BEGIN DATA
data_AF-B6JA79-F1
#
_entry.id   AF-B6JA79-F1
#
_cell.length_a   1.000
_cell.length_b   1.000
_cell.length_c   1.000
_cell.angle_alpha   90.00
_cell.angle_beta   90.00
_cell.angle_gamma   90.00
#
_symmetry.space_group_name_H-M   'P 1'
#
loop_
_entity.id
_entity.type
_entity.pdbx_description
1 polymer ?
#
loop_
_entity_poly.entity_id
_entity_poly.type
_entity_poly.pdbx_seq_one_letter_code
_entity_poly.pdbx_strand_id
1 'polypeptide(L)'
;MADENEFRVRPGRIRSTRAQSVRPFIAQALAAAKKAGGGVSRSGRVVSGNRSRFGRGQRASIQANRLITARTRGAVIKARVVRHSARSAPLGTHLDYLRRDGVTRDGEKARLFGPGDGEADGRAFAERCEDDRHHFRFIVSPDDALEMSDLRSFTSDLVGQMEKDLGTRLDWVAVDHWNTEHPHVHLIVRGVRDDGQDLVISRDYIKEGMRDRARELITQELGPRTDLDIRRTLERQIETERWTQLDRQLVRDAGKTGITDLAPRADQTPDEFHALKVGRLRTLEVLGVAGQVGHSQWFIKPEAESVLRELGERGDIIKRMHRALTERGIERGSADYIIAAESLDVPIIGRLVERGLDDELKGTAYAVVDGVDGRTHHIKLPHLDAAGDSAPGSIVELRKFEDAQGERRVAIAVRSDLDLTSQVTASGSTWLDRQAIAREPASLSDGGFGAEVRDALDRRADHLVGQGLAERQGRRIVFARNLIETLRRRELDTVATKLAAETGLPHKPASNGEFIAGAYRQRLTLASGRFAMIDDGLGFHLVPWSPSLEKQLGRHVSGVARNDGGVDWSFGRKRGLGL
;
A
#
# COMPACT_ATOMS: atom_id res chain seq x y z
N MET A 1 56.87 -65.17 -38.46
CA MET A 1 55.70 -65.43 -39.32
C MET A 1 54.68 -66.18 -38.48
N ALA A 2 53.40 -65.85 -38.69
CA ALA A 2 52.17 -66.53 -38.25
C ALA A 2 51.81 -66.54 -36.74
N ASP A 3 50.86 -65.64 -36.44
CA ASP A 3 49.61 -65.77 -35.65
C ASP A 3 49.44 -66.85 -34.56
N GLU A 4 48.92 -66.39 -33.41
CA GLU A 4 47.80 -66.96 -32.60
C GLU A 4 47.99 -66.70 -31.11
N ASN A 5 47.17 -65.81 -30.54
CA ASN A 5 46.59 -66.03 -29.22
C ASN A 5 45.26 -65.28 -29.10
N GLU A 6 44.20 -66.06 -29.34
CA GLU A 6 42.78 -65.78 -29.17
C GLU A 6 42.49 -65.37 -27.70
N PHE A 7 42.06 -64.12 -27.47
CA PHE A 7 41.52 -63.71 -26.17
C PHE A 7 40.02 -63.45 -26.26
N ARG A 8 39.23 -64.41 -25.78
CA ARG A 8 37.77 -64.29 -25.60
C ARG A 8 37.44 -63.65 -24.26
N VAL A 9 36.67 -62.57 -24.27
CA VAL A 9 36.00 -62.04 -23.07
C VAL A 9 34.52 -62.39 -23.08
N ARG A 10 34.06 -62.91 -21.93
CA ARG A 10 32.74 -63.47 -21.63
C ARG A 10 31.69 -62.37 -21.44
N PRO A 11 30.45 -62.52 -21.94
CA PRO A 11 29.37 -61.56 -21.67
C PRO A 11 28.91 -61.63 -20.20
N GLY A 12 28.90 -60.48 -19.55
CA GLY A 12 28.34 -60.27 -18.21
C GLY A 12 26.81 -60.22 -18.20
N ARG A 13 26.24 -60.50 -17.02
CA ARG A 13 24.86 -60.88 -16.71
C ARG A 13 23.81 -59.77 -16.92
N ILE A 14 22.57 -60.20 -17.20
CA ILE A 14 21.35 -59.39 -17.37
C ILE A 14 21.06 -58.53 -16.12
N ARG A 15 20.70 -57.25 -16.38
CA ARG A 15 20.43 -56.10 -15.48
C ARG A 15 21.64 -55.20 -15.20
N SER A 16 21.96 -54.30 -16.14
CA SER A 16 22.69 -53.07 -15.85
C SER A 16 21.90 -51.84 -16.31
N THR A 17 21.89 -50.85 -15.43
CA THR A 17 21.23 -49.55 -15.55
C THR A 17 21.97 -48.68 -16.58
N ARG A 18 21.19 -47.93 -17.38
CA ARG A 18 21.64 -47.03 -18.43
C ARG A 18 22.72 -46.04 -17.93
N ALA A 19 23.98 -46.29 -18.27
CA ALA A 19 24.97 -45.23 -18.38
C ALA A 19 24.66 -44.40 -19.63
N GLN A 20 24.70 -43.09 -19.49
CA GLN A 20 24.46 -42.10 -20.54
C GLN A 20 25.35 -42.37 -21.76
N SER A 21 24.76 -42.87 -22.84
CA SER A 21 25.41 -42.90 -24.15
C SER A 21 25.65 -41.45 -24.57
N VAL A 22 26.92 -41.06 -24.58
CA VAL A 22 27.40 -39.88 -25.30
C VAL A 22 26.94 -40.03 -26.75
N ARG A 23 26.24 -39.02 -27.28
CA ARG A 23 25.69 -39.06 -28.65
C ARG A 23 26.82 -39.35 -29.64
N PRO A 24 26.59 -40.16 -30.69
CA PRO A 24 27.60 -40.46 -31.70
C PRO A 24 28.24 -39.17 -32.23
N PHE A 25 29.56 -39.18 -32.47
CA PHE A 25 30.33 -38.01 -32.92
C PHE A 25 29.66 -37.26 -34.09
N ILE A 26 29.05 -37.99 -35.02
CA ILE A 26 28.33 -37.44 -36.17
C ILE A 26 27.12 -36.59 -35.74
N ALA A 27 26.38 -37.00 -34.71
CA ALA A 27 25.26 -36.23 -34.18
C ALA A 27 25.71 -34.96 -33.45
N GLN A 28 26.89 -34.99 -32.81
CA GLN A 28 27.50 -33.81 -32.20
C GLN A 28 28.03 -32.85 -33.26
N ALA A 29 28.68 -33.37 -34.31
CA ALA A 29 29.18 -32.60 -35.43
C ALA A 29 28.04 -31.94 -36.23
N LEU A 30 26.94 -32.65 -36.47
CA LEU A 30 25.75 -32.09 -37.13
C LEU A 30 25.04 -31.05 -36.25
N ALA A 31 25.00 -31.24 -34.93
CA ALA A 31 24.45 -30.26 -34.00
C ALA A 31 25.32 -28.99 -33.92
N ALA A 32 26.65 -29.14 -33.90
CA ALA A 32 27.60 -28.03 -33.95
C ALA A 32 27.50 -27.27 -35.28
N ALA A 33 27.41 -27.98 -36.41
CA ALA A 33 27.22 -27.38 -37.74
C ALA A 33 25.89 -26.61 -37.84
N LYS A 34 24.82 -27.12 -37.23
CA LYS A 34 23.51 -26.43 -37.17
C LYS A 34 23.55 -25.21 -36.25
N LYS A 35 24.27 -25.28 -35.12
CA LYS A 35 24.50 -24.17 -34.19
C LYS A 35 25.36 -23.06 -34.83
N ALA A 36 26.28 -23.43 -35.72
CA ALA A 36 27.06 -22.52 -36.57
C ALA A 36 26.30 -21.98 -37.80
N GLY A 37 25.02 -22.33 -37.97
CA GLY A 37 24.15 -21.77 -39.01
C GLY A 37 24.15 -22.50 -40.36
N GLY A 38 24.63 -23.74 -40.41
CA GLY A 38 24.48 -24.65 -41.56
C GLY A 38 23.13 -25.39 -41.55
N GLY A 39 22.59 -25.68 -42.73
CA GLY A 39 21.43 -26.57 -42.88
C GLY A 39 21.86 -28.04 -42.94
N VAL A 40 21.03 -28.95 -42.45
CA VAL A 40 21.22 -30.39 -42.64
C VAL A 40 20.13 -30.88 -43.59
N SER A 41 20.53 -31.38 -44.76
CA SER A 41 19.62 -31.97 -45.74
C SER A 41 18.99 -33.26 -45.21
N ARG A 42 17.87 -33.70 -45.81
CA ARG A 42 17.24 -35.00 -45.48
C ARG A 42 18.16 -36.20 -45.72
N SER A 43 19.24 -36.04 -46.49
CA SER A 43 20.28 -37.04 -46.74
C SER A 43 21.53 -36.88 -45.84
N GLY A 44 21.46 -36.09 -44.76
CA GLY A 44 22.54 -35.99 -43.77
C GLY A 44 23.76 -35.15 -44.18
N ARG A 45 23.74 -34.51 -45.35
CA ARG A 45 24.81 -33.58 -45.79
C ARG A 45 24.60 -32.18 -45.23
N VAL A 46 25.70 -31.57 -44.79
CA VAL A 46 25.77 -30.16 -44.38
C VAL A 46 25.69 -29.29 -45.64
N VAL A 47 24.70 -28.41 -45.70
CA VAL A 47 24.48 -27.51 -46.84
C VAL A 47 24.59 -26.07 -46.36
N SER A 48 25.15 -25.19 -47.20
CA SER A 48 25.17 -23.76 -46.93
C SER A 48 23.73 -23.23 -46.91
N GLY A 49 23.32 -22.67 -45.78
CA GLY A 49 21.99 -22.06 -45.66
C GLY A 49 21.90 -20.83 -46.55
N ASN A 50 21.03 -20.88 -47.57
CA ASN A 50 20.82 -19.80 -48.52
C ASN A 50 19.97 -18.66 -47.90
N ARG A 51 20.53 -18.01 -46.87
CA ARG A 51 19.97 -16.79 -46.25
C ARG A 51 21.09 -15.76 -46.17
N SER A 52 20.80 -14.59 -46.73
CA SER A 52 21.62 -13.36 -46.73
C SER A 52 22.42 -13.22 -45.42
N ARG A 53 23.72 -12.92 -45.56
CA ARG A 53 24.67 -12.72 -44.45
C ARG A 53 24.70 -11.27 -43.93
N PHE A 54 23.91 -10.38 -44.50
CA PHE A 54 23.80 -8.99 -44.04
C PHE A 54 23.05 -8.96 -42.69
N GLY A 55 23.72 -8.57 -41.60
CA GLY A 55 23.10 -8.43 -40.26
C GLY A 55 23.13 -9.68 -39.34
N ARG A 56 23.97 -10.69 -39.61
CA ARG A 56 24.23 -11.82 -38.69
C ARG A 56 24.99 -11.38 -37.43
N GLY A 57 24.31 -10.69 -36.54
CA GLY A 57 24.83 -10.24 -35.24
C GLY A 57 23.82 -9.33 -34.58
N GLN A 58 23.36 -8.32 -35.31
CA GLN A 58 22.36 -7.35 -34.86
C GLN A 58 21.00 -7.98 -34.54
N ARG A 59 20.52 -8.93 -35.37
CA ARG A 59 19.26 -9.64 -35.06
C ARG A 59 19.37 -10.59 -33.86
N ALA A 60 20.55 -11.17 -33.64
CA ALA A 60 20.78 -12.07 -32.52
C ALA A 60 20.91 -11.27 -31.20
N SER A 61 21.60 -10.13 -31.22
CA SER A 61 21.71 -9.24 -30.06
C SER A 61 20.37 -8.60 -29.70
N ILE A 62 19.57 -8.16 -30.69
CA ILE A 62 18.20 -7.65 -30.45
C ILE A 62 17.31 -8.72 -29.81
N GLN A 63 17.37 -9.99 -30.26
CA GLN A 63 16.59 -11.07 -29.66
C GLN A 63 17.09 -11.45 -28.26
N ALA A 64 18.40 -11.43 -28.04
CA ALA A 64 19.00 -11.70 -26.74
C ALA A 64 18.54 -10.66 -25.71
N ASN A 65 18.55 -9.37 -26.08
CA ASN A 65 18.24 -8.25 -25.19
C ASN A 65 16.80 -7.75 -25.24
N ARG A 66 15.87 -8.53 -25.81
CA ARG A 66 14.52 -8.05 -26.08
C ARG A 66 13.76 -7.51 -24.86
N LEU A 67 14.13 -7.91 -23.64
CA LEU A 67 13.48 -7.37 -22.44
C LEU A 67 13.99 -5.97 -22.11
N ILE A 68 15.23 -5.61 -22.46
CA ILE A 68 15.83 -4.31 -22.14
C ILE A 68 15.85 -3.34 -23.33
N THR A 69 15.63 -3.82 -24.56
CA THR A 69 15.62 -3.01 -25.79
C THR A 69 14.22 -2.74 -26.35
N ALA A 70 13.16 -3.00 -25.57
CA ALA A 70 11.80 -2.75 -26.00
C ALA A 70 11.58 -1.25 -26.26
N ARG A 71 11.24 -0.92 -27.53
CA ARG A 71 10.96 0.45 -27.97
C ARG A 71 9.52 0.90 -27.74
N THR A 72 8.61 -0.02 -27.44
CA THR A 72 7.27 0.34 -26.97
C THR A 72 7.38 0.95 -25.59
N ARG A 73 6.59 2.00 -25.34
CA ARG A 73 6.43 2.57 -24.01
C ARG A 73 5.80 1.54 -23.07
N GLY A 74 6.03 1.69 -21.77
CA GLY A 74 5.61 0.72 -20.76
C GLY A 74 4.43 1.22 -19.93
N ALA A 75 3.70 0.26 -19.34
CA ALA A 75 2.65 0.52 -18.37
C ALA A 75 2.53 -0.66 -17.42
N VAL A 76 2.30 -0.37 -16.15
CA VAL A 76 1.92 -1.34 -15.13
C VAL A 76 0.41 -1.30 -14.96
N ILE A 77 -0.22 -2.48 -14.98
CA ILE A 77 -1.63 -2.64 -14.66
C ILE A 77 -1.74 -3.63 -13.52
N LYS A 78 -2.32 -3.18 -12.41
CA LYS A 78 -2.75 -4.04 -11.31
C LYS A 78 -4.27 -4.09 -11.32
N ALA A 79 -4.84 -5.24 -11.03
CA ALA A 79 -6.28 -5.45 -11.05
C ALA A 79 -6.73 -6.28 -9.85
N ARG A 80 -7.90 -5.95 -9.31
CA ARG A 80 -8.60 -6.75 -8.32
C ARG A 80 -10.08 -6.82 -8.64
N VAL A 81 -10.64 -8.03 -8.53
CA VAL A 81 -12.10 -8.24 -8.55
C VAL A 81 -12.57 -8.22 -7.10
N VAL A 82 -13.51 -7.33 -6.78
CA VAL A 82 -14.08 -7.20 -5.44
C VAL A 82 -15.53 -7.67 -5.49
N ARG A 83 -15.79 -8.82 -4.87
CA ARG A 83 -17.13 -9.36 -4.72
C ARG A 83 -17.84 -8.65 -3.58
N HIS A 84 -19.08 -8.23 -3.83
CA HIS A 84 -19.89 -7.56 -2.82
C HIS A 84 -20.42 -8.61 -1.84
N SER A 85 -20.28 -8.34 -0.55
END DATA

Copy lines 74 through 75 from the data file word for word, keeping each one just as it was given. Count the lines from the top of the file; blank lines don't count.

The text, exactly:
CA ARG A 15 20.43 -56.10 -15.48
C ARG A 15 21.64 -55.20 -15.20